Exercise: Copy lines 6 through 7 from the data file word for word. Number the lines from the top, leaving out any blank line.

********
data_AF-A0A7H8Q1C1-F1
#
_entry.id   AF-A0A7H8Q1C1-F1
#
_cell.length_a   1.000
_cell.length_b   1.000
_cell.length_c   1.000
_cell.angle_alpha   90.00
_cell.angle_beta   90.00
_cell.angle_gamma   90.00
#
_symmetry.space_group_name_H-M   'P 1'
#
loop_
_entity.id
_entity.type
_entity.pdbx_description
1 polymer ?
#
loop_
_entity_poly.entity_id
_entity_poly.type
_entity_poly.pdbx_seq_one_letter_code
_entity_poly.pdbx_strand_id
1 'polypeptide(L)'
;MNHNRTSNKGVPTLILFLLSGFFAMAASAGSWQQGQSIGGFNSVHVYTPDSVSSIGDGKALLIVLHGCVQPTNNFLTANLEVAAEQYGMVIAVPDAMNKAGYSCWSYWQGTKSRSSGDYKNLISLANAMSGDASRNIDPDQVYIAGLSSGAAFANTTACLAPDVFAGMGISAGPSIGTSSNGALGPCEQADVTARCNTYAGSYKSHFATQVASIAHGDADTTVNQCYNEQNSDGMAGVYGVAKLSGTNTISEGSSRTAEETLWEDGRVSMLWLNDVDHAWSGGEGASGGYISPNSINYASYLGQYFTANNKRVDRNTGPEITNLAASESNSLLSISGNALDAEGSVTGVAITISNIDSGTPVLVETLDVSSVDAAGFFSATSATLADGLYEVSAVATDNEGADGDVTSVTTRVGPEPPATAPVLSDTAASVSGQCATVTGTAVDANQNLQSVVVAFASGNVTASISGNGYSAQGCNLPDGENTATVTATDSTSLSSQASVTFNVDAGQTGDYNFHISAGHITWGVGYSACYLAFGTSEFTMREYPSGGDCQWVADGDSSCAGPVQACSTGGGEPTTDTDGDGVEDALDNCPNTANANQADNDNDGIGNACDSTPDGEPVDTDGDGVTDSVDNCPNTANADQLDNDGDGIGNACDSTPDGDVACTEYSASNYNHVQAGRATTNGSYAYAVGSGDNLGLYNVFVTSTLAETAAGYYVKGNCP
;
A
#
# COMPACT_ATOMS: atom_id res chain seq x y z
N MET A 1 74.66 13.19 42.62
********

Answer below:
_cell.length_b   1.000
_cell.length_c   1.000